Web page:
Friday, December 9, 2011

Shell, Shale, and GTL

Cheap shale gas in the lower 48 is attracting the attention of LNG exporters (LINK) and now Shell is looking at building a large Gas-to-Liquids (GTL) plant in the United States. (LINK). Quote (link and highlights added):

By JAMES HERRON  Royal Dutch Shell is in the early stages of planning projects to turn natural gas into fuels like diesel in the US, of similar scale to its huge project in Qatar, Andy Brown, executive vice president of Shell, said in Qatar Monday.  "We are looking for places where gas is cheap and [oil] products are expensive," he said at a press briefing at the World Petroleum Congress in Doha, Qatar. "Clearly the US is something we're looking at."  Shell is only interested in large-scale projects similar to the $18 billion Pearl gas-to-liquids plant it has developed in Qatar, Brown said. The first phase of Pearl GTL is now producing at close to full capacity and the second phase started over the weekend, he said.
 What can an $18 billion investment yield?  According to the Shell website Pearl converts 320,000 BOE of gas into:
  • - 140 kboe/d of gas-to-liquids products (2 trains)
  • - 120 kboe/d of natural gas liquids and ethane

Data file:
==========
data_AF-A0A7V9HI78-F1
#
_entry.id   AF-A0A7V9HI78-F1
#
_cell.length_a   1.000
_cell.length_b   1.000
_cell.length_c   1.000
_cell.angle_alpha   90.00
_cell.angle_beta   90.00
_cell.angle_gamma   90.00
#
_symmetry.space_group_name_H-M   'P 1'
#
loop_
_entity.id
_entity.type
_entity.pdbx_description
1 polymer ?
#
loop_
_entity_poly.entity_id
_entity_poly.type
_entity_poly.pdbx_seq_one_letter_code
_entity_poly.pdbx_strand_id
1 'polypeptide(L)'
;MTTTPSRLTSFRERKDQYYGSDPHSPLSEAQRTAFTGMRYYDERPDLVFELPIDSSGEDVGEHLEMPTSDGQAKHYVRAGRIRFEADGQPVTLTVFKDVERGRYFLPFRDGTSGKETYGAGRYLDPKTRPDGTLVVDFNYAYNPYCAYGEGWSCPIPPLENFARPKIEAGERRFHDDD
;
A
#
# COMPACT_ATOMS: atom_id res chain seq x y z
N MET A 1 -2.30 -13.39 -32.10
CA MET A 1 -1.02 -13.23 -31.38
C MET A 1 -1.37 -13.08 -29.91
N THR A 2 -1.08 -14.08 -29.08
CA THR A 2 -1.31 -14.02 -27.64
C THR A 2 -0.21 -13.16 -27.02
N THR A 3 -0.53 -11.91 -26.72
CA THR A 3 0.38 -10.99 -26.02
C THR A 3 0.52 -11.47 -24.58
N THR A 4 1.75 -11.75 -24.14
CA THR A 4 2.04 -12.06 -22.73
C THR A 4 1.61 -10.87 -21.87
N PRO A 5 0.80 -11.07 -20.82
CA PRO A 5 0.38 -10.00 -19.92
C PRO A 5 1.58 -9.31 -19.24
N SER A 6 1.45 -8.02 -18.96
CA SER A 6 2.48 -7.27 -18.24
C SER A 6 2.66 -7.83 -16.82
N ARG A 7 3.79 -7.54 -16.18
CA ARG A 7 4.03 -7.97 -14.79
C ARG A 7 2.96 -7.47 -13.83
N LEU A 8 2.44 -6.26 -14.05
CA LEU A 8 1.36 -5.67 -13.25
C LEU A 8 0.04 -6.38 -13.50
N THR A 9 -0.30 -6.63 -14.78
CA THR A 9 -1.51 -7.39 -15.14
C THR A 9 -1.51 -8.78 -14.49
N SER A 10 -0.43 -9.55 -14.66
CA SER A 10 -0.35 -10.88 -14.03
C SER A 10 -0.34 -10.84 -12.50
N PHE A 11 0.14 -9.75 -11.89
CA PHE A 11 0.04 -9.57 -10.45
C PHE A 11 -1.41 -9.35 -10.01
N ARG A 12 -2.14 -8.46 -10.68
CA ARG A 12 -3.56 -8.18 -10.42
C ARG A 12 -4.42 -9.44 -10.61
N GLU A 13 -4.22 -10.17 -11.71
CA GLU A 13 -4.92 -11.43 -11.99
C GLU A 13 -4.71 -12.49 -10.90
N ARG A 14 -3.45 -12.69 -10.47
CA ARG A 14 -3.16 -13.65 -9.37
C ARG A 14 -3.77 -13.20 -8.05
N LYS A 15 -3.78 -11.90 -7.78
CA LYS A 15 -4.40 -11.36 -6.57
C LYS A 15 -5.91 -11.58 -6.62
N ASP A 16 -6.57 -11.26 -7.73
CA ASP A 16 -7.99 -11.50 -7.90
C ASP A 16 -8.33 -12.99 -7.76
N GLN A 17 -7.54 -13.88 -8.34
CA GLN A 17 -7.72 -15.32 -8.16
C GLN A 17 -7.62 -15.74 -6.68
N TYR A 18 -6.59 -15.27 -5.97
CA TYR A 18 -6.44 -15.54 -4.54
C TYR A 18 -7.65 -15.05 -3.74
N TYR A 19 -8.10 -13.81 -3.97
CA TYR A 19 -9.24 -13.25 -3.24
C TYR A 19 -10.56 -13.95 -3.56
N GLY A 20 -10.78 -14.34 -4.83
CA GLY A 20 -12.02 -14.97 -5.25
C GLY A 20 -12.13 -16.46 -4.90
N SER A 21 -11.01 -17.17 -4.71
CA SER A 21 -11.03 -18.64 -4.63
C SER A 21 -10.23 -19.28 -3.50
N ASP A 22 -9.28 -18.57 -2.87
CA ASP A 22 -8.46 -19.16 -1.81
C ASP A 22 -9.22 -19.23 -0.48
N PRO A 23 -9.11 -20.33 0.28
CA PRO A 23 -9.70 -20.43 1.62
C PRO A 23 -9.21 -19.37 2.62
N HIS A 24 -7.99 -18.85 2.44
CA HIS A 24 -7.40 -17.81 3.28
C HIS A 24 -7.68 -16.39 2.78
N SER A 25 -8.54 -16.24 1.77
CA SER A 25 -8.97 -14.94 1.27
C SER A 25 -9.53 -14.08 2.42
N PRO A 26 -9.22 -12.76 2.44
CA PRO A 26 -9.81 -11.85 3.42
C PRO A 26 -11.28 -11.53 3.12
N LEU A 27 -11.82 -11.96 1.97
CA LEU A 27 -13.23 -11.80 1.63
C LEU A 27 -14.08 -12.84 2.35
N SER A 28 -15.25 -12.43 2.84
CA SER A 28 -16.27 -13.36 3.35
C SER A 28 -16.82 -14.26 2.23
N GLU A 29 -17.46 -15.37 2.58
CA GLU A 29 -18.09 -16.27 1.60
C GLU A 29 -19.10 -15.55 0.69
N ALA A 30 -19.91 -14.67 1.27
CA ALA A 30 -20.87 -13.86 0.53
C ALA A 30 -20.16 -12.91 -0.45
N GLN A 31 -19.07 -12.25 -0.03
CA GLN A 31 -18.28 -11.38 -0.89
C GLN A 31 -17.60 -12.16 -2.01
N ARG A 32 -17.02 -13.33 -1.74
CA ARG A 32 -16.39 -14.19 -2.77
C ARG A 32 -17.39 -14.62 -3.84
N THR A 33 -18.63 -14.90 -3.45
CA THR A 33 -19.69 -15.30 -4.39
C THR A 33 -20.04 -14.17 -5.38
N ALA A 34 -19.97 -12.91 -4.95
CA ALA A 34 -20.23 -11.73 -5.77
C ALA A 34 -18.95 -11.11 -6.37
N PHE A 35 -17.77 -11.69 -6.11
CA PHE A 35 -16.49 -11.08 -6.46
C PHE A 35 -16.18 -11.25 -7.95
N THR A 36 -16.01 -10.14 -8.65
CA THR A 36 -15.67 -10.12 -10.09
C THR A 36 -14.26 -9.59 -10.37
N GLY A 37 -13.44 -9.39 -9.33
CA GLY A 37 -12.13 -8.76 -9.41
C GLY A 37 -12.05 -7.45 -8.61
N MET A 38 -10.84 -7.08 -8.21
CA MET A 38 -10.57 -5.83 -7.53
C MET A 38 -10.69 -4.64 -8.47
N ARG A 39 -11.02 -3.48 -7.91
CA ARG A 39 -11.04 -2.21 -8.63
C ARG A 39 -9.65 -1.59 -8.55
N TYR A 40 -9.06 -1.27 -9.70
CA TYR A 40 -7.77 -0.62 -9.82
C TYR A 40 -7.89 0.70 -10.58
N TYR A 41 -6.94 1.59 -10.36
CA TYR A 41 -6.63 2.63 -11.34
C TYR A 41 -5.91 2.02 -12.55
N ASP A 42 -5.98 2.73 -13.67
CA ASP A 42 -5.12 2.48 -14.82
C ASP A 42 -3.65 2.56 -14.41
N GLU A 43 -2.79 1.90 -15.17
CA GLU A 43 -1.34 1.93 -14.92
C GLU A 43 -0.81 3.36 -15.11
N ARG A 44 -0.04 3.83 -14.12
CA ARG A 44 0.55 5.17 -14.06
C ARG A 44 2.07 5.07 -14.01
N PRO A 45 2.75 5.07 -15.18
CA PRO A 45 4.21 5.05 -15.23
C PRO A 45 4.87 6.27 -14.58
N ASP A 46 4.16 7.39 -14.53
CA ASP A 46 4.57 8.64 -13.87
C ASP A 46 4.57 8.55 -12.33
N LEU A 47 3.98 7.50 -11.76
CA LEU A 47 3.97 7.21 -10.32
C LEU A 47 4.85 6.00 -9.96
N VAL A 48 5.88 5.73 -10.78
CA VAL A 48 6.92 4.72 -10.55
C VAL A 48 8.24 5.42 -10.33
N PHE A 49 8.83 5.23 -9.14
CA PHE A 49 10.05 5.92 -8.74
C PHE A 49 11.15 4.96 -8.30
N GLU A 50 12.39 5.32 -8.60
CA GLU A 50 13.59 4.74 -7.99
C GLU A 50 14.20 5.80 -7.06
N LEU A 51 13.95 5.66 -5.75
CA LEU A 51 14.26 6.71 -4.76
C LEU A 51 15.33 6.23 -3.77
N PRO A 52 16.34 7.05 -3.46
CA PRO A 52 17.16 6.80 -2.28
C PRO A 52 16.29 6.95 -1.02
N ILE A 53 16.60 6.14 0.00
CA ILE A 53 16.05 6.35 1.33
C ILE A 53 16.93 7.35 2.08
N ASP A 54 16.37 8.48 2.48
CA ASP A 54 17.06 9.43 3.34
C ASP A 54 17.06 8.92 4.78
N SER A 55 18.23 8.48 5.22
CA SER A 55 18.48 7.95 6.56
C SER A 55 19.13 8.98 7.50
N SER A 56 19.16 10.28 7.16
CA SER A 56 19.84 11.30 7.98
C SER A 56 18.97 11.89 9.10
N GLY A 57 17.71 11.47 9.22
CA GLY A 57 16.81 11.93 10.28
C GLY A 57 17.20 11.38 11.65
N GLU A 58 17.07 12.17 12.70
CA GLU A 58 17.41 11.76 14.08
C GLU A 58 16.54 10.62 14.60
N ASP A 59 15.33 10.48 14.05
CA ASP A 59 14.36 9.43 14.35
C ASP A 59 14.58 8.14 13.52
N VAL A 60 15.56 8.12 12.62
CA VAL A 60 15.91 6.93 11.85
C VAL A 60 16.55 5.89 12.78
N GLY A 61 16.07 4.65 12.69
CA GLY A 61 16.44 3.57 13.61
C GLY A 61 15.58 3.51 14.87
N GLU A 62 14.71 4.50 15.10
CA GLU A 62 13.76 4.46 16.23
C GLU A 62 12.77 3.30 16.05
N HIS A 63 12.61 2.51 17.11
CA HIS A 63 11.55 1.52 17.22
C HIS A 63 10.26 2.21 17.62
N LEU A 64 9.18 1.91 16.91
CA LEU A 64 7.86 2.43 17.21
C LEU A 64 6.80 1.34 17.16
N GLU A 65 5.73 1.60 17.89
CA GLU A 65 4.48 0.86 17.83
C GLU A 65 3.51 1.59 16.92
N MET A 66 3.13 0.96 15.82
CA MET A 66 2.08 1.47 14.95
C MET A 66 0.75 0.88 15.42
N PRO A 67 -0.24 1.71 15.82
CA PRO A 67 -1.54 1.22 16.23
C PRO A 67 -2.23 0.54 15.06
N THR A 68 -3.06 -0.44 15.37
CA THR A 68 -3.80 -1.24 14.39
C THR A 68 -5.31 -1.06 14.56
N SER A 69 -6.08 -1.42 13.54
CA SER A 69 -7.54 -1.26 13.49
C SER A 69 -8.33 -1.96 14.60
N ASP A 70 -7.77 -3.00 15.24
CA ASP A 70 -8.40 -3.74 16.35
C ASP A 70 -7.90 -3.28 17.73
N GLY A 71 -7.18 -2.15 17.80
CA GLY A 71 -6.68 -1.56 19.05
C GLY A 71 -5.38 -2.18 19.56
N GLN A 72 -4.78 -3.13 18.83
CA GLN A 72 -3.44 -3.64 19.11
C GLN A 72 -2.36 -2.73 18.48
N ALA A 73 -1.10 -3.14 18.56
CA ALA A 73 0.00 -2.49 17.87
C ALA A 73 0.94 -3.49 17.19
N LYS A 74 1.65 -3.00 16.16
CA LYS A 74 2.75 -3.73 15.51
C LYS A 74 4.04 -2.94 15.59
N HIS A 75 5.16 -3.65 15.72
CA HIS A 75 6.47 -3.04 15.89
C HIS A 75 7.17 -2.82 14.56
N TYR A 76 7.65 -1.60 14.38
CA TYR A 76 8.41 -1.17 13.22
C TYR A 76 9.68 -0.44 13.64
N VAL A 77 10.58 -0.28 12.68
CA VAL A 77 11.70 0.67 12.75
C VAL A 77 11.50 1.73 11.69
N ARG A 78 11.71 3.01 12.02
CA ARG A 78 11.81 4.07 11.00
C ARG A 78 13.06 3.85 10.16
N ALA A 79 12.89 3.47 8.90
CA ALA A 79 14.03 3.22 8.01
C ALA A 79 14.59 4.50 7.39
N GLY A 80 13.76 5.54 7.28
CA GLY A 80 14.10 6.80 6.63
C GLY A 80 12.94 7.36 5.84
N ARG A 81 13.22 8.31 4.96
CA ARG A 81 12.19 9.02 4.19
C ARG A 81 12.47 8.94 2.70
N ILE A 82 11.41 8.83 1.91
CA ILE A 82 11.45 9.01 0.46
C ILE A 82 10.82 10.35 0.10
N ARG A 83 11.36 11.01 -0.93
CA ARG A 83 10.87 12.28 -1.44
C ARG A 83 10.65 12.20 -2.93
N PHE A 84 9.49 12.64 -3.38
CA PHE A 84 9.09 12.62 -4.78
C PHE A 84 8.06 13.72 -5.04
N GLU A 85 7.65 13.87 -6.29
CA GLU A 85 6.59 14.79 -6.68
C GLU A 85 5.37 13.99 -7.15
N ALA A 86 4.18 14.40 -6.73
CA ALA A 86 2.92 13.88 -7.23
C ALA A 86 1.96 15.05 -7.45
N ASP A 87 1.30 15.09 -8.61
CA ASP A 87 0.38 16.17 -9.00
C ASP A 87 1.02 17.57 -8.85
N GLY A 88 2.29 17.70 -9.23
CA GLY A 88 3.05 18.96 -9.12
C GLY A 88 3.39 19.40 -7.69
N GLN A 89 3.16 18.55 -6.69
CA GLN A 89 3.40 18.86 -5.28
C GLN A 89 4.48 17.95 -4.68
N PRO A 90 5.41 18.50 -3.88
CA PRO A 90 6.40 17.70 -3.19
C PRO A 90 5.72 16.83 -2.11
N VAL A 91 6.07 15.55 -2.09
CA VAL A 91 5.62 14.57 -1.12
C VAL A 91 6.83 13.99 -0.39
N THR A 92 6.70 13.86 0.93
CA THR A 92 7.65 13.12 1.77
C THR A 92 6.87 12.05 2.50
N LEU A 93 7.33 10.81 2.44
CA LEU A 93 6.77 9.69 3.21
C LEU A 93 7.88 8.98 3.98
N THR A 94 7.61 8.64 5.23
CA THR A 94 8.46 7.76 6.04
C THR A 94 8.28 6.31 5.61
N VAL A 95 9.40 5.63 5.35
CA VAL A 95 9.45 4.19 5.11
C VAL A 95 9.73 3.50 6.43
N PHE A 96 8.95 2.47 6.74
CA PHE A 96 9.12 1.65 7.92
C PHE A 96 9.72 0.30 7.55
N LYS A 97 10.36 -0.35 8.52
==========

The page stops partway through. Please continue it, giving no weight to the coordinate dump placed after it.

At today's prices I estimate that's equal to about $8.5 billion in gross annual product revenue.  The 1.8 BCFD of gas feed stock  would cost about $2.5 Billion leaving a gross margin of  $6 Billion.  Assume operation, maintenance and utility cost of $1 Billion and a Pearl type GTL plant will yield $5 billion annually EBIT.  After taxes the rate of return is in the attractive range.  I assume the capital cost in the lower 48 will be higher than Qatar, so the rate of return is probably in the 12% to 15% range.

How does this relate to an Alaskan Gas Pipeline?  First don't get your hopes up for Shell to build a world scale GTL plant in Alaska - construction cost are much higher than the lower 48 and the pipeline infrastructure is already in place on the Gulf Coast.  A lower 48 GTL plant of this scale does help Alaska - it soaks up 1.8 BCFD of gas, roughly 40% of the 4.5 BCFD capacity of the Alaskan Gas Pipeline.  Keep in mind GTL is expensive, but outfits like Shell can buy gas at $3.5/MMBTU and sell liquid products at $16/MMBTU.  There's also the possibility that more lower 48 GTL plants will be built and the gas demand could easily exceed the volume of the Alaska Gas Pipeline.

Ultimately sponging up cheap lower 48 shale gas with GTL plants and LNG export plants will help create demand for Alaska's gas.


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